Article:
Annulment is a civil court process that declares a marriage never existed. You can only get an annulment in very limited situations.
This process should not be confused with a religious annulment, which can only be granted through your clergy. A religious annulment has no legal effect on your marital status.
Many people think an annulment is an easier or quicker alternative to getting a divorce, but this is simply not true. Because the situations in which an annulment could be granted are limited and very specific, you should seek the help of a lawyer.
A spouse may seek an annulment if the marriage is invalid. In Michigan, a marriage may be invalid due to any of the following:
Force or Fraud
When consent of one spouse was obtained by force or fraud, and the husband and wife did not live together voluntarily after the marriage, then the marriage may be annulled. Examples of fraud include:
- a woman who knows she is unable to have children and does not tell the husband before getting married
- a woman who is pregnant by another man and the soon-to-be husband didn’t know she was pregnant at time of marriage, and
- one spouse enters marriage intending to never have sex and never have children and didn’t tell the other spouse of this intention.
If an annulment is granted for force or fraud, custody of children from the marriage will be given to the innocent parent.
Bigamy happens when one spouse was already married to another living person at the time of the second (or subsequent) marriage. This type of marriage is completely void.
In Michigan, persons under age of 16 are not allowed to get married unless there is permission from a signed court order. However, if the husband and wife freely live together as husband and wife after reaching age of consent, then the marriage becomes valid.
Incapacity can include physical incapacity and mental incapacity. If one spouse suffered from a physical incapacity, defect or infirmity at the time of the marriage, the marriage may be annulled if a case is brought to court within two years of the marriage date. If one spouse was mentally incapable of entering into marriage, another person may file the annulment case on behalf of the incapable person. However, if either spouse who was incapable at the time of marriage later becomes capable and the couple continues to live together, then the marriage will become valid.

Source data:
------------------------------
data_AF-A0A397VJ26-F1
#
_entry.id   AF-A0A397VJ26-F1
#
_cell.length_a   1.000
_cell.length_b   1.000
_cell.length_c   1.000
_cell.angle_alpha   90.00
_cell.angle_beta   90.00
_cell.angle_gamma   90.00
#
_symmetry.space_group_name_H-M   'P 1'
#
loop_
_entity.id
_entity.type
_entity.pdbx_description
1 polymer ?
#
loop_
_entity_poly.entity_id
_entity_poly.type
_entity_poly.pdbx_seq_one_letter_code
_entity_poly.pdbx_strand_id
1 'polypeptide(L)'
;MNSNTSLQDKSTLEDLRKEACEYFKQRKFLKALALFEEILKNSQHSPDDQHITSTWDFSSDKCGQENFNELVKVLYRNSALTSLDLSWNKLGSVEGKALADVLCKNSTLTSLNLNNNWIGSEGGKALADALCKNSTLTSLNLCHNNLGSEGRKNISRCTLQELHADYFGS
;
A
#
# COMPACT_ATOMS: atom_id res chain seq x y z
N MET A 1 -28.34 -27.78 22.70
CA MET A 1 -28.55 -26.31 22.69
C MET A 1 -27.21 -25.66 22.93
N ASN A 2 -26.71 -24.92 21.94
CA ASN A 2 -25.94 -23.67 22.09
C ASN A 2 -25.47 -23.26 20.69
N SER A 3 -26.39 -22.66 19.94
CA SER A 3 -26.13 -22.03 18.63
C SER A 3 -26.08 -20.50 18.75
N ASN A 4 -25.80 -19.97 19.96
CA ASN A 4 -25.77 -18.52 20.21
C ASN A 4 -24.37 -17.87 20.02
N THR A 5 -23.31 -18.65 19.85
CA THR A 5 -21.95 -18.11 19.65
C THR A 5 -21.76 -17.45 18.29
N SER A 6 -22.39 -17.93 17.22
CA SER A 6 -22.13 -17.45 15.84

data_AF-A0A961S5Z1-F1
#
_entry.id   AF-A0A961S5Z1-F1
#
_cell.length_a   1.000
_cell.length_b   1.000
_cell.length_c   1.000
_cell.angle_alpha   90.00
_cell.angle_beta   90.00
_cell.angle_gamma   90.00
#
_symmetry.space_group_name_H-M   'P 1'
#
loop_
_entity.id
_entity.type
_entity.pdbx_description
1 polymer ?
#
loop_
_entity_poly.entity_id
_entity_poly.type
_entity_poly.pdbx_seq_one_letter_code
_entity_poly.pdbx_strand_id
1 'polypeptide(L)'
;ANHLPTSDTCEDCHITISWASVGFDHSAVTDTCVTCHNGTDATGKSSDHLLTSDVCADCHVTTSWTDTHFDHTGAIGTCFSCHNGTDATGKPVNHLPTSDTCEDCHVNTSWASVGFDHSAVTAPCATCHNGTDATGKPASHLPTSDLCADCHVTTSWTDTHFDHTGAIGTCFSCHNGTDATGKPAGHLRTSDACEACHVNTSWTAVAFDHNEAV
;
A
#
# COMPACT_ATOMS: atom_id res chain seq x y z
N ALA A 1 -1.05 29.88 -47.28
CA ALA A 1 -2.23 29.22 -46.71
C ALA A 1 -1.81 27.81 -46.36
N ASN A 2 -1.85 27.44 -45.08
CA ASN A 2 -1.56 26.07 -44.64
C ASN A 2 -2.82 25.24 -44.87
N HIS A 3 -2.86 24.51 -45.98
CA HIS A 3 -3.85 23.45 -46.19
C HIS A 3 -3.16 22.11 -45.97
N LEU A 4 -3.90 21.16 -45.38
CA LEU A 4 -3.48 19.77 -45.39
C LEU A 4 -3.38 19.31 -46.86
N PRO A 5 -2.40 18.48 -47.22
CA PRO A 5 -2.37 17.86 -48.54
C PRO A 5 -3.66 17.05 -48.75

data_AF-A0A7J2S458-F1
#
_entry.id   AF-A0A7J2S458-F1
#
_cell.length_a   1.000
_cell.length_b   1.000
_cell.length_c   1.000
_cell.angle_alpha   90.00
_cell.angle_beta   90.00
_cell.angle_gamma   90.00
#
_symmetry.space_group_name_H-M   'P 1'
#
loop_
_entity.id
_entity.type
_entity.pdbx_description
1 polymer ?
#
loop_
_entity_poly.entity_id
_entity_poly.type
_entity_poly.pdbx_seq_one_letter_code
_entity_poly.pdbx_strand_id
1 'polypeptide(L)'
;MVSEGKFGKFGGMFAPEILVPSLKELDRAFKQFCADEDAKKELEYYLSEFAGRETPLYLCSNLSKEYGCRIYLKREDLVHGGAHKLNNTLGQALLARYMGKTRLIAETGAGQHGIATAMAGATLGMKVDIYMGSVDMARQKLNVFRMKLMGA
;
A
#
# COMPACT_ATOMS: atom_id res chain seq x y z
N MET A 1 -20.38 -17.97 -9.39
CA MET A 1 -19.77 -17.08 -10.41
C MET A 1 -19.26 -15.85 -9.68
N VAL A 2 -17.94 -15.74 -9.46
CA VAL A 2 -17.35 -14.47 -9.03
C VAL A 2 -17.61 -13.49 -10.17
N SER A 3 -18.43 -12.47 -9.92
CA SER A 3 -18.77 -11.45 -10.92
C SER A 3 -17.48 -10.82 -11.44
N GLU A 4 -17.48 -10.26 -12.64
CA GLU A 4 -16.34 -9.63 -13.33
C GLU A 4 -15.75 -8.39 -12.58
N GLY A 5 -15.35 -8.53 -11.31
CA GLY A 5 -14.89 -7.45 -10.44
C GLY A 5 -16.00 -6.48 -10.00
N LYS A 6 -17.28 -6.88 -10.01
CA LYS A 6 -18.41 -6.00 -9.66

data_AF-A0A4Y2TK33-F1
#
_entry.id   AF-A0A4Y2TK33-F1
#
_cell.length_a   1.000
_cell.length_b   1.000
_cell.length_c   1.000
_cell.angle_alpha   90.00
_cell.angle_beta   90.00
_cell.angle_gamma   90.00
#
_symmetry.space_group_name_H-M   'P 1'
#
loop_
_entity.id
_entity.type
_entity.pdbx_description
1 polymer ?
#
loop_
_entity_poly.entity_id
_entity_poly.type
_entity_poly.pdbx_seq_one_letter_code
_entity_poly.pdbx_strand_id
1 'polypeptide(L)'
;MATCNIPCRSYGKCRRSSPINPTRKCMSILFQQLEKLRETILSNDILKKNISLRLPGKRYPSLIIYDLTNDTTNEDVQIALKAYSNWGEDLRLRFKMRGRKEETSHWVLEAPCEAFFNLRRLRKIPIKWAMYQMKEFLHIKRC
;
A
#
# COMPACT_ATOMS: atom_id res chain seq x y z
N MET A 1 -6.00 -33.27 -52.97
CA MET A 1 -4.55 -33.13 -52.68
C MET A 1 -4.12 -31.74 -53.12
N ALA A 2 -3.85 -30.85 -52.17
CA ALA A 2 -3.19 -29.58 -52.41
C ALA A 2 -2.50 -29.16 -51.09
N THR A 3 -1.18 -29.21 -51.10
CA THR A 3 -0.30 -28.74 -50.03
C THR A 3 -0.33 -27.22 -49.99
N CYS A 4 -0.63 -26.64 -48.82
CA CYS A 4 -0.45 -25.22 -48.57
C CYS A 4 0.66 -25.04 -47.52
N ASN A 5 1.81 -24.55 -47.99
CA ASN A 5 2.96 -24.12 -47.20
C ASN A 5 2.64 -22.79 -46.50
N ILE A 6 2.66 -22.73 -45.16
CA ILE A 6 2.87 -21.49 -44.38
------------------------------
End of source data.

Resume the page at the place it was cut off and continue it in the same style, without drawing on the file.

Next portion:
A marriage is invalid if it's between a man and woman who are related closer than first cousins, including stepfamily relations.
When a marriage is invalid in one or more ways, a spouse may file papers for an annulment in the circuit court of the county where either spouse lives. Because annulment is a complicated claim to make, you should seek the help of a lawyer to file your case.
When a judge orders a marriage annulled, the effect is that the marriage never existed and that the couple was never married. This is different from divorce, where a marriage exists but is then ended by a court order.
Children of an annulled marriage are considered legitimate children of the marriage and the husband and wife are eligible to seek court orders on child custody, visitation and child support. If one spouse was underage or incapable of entering the marriage, the children are the legitimate children of the capable spouse.
A judge may order distribution of real estate, assets and other property acquired during the marriage. A judge may also award post-separation support (payments to one spouse made by the other spouse). However, permanent alimony is not available when a marriage is annulled.